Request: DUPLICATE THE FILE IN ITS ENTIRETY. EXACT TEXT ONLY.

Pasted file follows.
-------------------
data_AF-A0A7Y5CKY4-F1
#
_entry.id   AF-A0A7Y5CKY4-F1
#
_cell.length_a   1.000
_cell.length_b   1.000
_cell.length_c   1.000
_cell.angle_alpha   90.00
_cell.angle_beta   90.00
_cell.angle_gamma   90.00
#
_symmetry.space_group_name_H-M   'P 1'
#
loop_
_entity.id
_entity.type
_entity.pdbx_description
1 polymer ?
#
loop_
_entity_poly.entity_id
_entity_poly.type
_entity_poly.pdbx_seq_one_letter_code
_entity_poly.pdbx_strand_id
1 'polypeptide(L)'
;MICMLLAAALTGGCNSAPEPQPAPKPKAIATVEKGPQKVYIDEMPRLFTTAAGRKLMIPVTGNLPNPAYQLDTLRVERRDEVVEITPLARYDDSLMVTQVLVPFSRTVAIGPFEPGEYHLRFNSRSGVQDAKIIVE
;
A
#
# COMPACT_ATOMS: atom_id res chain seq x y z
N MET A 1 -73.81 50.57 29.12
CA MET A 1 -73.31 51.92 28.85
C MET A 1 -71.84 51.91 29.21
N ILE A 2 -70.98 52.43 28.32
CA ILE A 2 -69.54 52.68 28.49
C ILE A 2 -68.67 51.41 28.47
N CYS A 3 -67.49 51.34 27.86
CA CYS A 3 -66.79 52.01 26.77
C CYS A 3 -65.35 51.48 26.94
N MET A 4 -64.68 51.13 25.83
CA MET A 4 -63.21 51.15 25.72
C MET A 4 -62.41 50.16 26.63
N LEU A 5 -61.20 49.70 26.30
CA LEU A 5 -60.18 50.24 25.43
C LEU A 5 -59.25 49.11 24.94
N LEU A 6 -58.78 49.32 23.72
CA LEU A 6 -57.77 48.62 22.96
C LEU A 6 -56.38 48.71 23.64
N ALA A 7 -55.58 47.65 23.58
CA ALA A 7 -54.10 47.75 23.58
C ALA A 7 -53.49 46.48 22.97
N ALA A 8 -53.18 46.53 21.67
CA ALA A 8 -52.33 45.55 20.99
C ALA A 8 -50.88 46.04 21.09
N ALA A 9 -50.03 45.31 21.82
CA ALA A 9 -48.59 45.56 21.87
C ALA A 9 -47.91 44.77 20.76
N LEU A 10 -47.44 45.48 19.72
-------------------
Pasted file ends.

data_AF-A0A7Y5CKY4-F1
#
_entry.id   AF-A0A7Y5CKY4-F1
#
_cell.length_a   1.000
_cell.length_b   1.000
_cell.length_c   1.000
_cell.angle_alpha   90.00
_cell.angle_beta   90.00
_cell.angle_gamma   90.00
#
_symmetry.space_group_name_H-M   'P 1'
#
loop_
_entity.id
_entity.type
_entity.pdbx_description
1 polymer ?
#
loop_
_entity_poly.entity_id
_entity_poly.type
_entity_poly.pdbx_seq_one_letter_code
_entity_poly.pdbx_strand_id
1 'polypeptide(L)'
;MICMLLAAALTGGCNSAPEPQPAPKPKAIATVEKGPQKVYIDEMPRLFTTAAGRKLMIPVTGNLPNPAYQLDTLRVERRDEVVEITPLARYDDSLMVTQVLVPFSRTVAIGPFEPGEYHLRFNSRSGVQDAKIIVE
;
A
#
# COMPACT_ATOMS: atom_id res chain seq x y z
N MET A 1 -73.81 50.57 29.12
CA MET A 1 -73.31 51.92 28.85
C MET A 1 -71.84 51.91 29.21
N ILE A 2 -70.98 52.43 28.32
CA ILE A 2 -69.54 52.68 28.49
C ILE A 2 -68.67 51.41 28.47
N CYS A 3 -67.49 51.34 27.86
CA CYS A 3 -66.79 52.01 26.77
C CYS A 3 -65.35 51.48 26.94
N MET A 4 -64.68 51.13 25.83
CA MET A 4 -63.21 51.15 25.72
C MET A 4 -62.41 50.16 26.63
N LEU A 5 -61.20 49.70 26.30
CA LEU A 5 -60.18 50.24 25.43
C LEU A 5 -59.25 49.11 24.94
N LEU A 6 -58.78 49.32 23.72
CA LEU A 6 -57.77 48.62 22.96
C LEU A 6 -56.38 48.71 23.64
N ALA A 7 -55.58 47.65 23.58
CA ALA A 7 -54.10 47.75 23.58
C ALA A 7 -53.49 46.48 22.97
N ALA A 8 -53.18 46.53 21.67
CA ALA A 8 -52.33 45.55 20.99
C ALA A 8 -50.88 46.04 21.09
N ALA A 9 -50.03 45.31 21.82
CA ALA A 9 -48.59 45.56 21.87
C ALA A 9 -47.91 44.77 20.76
N LEU A 10 -47.44 45.48 19.72